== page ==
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Figure 3 Leptin and LR antagonists. Schematic representation of different strategies to antagonize leptin or its receptor, including leptin mutants, leptin peptide antagonists, neutralizing leptin and LR antibodies or nanobodies, and soluble LR variants.

mutants in binding site III are of special interest (see above). Before any structural insights in the LR activation mechanisms, Verploegen and colleagues developed the first leptin antagonist (Verploegen et al., 1997). They showed that an arginine to glutamine substitution at position 128 in human leptin abolished biological activity (on Ba/F3 cells expressing a LR chimera) without affecting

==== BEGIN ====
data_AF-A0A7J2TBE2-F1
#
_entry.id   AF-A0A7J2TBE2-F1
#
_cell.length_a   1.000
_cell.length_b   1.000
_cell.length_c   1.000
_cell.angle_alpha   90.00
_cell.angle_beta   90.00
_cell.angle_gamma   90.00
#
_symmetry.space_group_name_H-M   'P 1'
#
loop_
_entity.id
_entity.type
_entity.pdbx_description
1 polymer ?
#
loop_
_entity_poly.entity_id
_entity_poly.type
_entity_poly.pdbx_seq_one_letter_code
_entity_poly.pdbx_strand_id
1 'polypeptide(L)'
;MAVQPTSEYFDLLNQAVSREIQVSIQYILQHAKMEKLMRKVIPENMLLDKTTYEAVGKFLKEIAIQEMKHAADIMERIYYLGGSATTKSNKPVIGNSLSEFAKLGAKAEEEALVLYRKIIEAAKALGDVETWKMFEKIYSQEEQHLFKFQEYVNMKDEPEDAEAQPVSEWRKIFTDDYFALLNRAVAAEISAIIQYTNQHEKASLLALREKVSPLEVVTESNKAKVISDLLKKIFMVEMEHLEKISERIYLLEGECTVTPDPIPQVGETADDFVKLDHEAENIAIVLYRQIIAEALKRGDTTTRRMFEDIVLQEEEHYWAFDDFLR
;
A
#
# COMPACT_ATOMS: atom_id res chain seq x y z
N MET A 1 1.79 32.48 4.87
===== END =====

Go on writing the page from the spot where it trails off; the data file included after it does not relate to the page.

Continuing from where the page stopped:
binding. In vivo administration in C57BL/6J mice resulted in weight gain and hyperinsulinemia. Although the R128 residue is part of a sequence conserved in mammalian and non-mammalian leptins, the antagonistic properties of the substitution appeared to be species-specific since similar mutations in ovine and chicken did not result in antagonism (Raver et al., 2002). Based on a detailed mutagenesis study, we identified the serine and threonine residues on position 120 and 121 as crucial for the interaction with the LR IGD domain. Mutation of these residues to alanines in human and mouse leptin (resulting in leptin S120A-T121A) creates potent leptin antagonists both in vitro and in vivo (Peelman et al., 2004) (Figure 1B). In a parallel approach, Niv-Spector et al. used a sensitive, bidimensional hydrophobic cluster analysis to identify a hydrophobic stretch in leptin’s A-B loop (39LDFI-42) as part of the binding site III (Niv-Spector et al., 2005a) (Figure 1B). Mutation of these residues resulted in a potent antagonist in vitro on LR expressing Ba/F3 cells (Niv-Spector et  al., 2005a), neonatal rat ventricular cardiomyocytes (Rajapurohitam et al., 2006), rat and human intestinal mucin-producing cells (El Homsi et al., 2007), and androgen sensitive and insensitive prostate cancer cells (Samuel-Mendelsohn et  al., 2011). The halflife in circulation could be increased by pegylation and this illustrates that mice administered with the pegylated antagonist showed rapid and dramatic increase in food intake with resulting weight gain (Elinav et  al., 2009b). The antagonist was further optimized by an additional D23L substitution, resulting in the so-called superactive leptin antagonist (SLA). This mutein exhibits an over 60-fold increased binding to the LR, and 14-fold higher antagonistic activity in vitro (Shpilman et al., 2011; ­Niv-Spector et  al., 2012). The SLA was further used to prove that the resistance to obesity and the altered locomotor activity of transgenic mice brain specifically overexpressing urokinase-type plasminogen activator is caused by high leptin levels (Chapnik et al., 2013). More recently, it was reported that the antagonist ameliorated the chronic kidney disease-associated cachexia (Cheung et al., 2014). In autoimmune disease models the SLA also proved its effectiveness. Administration of the antagonist markedly improved the clinical outcome of chronic thioacetamide (TAA) fibrosis (Elinav et  al., 2009a) and chronic colitis in IL-10-/- mice (Singh et al., 2013). Finally, the antagonist was proved to be a valuable tool to study the role of pre- and neonatal leptin in the predisposition to obesity (Attig et  al., 2008), organ development (Attig et al., 2011), and hypothalamic development in males and females (Mela et al., 2012).